Socioeconomic Status and Obesity

Socioeconomic inequality in obesity is defined as differences in the prevalence of obesity between people of higher and lower socioeconomic status (Mackenbach and Kunst 1994). A large body of evidence suggests that socioeconomic differences in obesity exist throughout the world Sobal and Stunkard (1989). These findings suggest that the increase in inequality in income recently observed in many countries including Bulgaria, Poland, Romania and the Russia may be associated with an increase in the burden of obesity. Midtown Manhattan Study was one of the first to highlight socioeconomic differences in obesity; it found that obesity was six times more prevalent among women of lower socioeconomic status than those of higher socioeconomic status (Mackenbach and Kunst 1994). James et al (1997) found that people in high socioeconomic status in the United Kingdom, have a reduced risk of obesity compared to those with low socioeconomic status.

Socioeconomic status and obesity is a public health concern because among children and adults in high-income countries such as the United Kingdom, lower education level and socioeconomic status have been associated with different markers of poor diet potentially associated with obesity, including lower consumption of fresh fruit and vegetables and higher intake of sugar, fat and meat (Northstone and Emmett 2005). Mulvihill (2003) asserts that population groups' dietary choices of are often related to socioeconomic considerations. McKee and Raine (2005) suggest that major factors influencing food choices include affordability, accessibility, availability, attractiveness, appropriateness and practicality. This makes sense to me in that people of low socioeconomic status are likely to be obese because for them they cannot always afford to buy fresh fruits vegetables have gym membership as this is expensive. Some proponents have gone as far as saying that the poor do not eat what they want, or what they know they should eat, but what they can afford (Wardle and Griffith 2001). One could infer that the cost of food is one barrier to adopting healthier diets, especially among low-income households. Studies have suggested that high energy food which are usually nutritionally poor because of high amounts of added sugar and fat are relatively cheaper cost than lean meat, fish, fresh vegetables and fruit (Doak et al 2002).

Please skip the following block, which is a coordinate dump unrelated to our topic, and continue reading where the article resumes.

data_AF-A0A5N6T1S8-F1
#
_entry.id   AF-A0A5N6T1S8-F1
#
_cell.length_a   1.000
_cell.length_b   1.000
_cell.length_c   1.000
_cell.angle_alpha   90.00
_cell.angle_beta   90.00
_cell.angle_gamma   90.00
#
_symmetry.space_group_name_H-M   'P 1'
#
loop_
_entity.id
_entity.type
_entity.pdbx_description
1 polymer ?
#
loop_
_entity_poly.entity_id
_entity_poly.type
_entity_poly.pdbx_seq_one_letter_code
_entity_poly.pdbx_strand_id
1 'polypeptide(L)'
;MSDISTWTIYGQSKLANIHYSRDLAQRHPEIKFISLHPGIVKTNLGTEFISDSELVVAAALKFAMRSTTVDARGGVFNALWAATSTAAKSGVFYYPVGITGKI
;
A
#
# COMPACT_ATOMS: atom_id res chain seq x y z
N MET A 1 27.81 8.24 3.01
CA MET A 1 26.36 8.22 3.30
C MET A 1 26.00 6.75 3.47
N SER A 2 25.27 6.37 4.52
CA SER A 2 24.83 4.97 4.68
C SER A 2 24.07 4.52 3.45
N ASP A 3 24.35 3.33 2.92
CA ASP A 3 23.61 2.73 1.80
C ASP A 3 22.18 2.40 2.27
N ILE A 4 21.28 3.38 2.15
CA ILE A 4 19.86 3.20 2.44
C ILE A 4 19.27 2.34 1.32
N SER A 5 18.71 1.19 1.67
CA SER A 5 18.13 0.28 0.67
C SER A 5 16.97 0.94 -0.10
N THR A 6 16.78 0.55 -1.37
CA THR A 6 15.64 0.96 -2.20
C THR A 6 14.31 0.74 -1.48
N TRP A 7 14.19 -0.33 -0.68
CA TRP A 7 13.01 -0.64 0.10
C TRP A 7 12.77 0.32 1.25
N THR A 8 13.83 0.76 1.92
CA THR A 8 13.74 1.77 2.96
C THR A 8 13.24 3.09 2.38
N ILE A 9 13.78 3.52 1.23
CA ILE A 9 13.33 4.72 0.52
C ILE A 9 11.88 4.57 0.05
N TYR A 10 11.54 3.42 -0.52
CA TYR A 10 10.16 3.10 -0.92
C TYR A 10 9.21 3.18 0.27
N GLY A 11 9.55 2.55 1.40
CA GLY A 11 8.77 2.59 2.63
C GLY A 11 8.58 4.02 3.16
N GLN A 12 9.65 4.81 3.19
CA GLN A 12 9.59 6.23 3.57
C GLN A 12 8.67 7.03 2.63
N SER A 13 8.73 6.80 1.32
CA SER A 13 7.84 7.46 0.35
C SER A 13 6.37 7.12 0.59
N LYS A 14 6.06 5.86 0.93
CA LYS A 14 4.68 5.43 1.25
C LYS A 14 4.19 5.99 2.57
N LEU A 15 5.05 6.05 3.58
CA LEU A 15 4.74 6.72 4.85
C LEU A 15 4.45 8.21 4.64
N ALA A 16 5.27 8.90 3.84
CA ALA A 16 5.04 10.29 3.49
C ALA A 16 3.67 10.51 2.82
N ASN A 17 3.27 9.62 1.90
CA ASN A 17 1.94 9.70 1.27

On the other side of the coin theoretically one can argue that it not only diet and health and affordability of food that makes people obese, for instance for argument sake one could not afford to buy healthy food but can exercise take up a activity to keep themselves fit. The reality however is that people low socioeconomic status are likely to be in low income employment where they are likely to work long hours in overtime and have little time with their families or for leisure activities (Scambler 2008) This is consistent with McKee and Raine (2005) finding that individuals from low socioeconomic status make personal other choices over diet, physical activity and other health promoting action, in practice all actions happen in context disadvantaged individuals face structural, social, organisational, financial and other constraints in making healthy choices. In addition McLaren and Godley (2008) observed that men in sedentary jobs although one would assume that nature of these jobs that drives the larger average body size (due to lack of occupation-based physical activity) existing literature would indicate that they are still more likely than their lower status counterparts to engage in physical activity in their leisure time.